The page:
“I believe success in graduate studies really depends on the supervisor you get to work with, and I have been blessed to work with a supervisor who is both supportive and encouraging.”
Supervisor: Valerie Oosterveld
Why did you come to Western for your graduate degree?
I chose Western for the opportunity to work with world-renowned international legal scholars, specifically Dr. Valerie Oosterveld, who is an expert in international criminal law and gender issues.
Do you belong to any university or community groups?
I am the President of the Graduate Law Students Association (GLSA) at Western Law. As President of the GLSA, I am primarily responsible for looking after graduate student interests. I also have voting rights on the Faculty Council and the Graduate Program Committee.
Describe your research.
Using a doctrinal approach, my thesis undertakes a comparative analysis of how the United Kingdom and Germany address the international legal principle of non-refoulement in their legislation concerning asylum seekers. I focus upon the United Kingdom and Germany because they are two of the largest asylum-receiving countries in the European Union during the time period under consideration. As such, their practices with respect to non-refoulement affect large numbers of asylum applicants and also likely influence how other countries interpret the non-refoulement obligation.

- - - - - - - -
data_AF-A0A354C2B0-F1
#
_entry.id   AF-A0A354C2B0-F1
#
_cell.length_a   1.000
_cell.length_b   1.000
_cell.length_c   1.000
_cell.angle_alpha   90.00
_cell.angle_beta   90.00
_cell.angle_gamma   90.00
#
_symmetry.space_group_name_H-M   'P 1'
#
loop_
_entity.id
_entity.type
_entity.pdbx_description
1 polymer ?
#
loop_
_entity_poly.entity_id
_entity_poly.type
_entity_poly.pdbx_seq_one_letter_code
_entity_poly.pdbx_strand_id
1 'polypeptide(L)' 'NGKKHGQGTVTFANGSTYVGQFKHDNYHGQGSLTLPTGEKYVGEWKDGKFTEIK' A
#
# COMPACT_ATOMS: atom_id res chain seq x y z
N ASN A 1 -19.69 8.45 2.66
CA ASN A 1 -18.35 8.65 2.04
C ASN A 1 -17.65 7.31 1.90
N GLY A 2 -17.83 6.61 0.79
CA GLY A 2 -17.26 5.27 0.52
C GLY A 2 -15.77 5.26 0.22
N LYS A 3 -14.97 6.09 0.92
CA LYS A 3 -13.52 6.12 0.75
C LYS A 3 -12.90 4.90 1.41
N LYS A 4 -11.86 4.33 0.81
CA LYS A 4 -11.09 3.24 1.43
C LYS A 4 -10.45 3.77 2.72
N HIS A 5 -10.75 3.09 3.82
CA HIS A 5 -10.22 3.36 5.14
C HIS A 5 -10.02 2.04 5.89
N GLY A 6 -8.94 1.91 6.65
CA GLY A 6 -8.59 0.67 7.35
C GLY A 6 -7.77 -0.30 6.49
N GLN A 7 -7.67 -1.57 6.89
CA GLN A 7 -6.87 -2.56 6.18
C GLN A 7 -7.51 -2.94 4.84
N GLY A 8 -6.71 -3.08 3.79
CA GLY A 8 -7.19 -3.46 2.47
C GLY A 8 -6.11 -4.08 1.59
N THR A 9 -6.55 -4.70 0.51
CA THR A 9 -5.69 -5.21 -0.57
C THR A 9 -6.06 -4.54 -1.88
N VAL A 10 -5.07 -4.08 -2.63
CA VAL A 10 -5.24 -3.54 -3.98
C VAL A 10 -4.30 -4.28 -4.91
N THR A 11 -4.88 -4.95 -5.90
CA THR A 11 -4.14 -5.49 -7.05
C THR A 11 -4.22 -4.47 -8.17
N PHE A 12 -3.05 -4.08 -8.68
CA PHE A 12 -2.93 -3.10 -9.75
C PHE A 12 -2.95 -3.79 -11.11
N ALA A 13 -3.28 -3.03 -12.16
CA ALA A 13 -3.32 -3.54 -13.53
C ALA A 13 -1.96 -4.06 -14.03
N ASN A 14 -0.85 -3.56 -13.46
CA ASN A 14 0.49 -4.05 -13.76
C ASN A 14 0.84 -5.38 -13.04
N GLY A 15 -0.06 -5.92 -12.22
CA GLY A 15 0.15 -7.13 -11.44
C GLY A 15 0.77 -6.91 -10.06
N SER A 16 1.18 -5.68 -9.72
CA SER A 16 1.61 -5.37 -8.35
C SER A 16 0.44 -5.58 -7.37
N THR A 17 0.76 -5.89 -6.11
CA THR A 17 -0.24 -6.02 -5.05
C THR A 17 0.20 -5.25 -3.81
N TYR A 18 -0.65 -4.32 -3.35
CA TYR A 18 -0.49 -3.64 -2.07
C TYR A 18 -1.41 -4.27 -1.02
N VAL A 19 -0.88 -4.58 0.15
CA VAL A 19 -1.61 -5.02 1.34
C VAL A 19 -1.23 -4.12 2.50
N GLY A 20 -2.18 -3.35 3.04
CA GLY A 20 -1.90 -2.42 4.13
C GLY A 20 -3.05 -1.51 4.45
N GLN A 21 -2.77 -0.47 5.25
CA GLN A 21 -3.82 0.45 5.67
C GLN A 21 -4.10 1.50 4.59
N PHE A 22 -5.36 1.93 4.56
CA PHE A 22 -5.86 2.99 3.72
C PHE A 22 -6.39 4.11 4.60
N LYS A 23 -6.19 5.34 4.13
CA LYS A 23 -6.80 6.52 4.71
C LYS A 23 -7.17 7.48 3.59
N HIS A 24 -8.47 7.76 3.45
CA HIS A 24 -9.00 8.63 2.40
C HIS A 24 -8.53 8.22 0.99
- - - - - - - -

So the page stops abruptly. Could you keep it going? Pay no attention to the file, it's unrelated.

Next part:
What is your “dream” career?
My dream career would be to work as a legal advisor at the United Nations High Commissioner for Refugees (UNHCR), Division of International Protection.
What’s the best advice you could give to someone considering applying to your graduate program?
The best advice for someone applying to Western Law’s graduate programs is to first do some research to see whether there is a supervisor at Western who is able to supervise their research. I would also advise prospective students to contact current graduate students who may be able to speak to the program and the general atmosphere of being a graduate student at Western.